One of Ireland?s premier racecourses, Leopardstown, located just six miles from Dublin, is host to a number of acclaimed meetings, under both National Hunt and Flat rules. The four-day Christmas Festival is the highlight of the Jumps season, staging seven Grade 1 contests, most notably the Savills Chase. The Dublin Racing Festival, established in 2018, is another of its most prestigious celebrations of jumps racing. Irish Champion Stakes day held in September is the highlight of the Flat season.
The Flat course is a left-handed, galloping oval track with easy bends and a long uphill finish from the final bend.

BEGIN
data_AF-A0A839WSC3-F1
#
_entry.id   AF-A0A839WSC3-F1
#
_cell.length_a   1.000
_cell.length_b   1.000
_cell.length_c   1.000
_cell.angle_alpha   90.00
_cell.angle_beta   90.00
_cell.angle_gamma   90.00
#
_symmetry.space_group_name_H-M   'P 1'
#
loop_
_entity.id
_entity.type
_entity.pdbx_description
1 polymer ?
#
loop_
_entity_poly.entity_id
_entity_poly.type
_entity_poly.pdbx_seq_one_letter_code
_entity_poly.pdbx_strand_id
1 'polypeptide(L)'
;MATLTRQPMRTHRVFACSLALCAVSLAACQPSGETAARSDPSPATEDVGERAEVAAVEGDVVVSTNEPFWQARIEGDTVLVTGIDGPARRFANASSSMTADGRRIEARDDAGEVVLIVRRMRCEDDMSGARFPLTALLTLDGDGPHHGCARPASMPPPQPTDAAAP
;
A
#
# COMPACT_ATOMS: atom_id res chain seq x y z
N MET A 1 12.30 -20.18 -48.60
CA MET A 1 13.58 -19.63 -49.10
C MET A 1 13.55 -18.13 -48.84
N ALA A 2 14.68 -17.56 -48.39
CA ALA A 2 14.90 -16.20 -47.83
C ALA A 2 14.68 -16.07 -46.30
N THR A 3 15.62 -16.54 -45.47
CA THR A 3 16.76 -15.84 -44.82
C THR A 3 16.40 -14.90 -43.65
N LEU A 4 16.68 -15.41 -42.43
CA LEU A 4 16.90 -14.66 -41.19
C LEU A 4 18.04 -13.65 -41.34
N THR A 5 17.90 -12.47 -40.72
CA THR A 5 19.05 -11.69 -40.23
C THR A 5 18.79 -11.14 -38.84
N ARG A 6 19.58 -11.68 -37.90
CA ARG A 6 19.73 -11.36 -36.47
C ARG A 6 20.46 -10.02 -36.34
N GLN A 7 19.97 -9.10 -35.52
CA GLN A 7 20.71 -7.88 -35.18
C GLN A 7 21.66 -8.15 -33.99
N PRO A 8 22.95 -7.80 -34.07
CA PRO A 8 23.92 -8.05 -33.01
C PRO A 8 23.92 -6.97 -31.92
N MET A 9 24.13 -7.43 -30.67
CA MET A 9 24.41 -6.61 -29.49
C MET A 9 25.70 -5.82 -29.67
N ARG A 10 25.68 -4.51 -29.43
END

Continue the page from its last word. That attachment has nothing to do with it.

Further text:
The Jumps track is again fair but with a testing uphill finish which really exposes a horse's stamina and three fences come up quickly down the back straight. The inner hurdles course is much sharper and it pays to race prominently.
Leopardstown racecourse was built in 1888 and it was Sandown Park in the UK on which it was modelled by Captain George Quin, who felt inspired to create something similar in his native Ireland. Quin founded the Leopardstown Race Company following his stint as Keeper of the Match Book for the Irish Turf Club .
The development of the track and its facilities took six months which led to a magnificent transformation of land used for grazing, into an attractive, high-quality racecourse boasting great transport links.
Racing at Leopardstown was a huge success from its inception with 50,000 people turning up to watch the exhilarating action from the stands and in 1907 a royal visit from King Edward VII and Queen Alexandra delighted locals. It remains one of Ireland?s most lauded tracks with fantastic viewing and a loyal, expert racing crowd.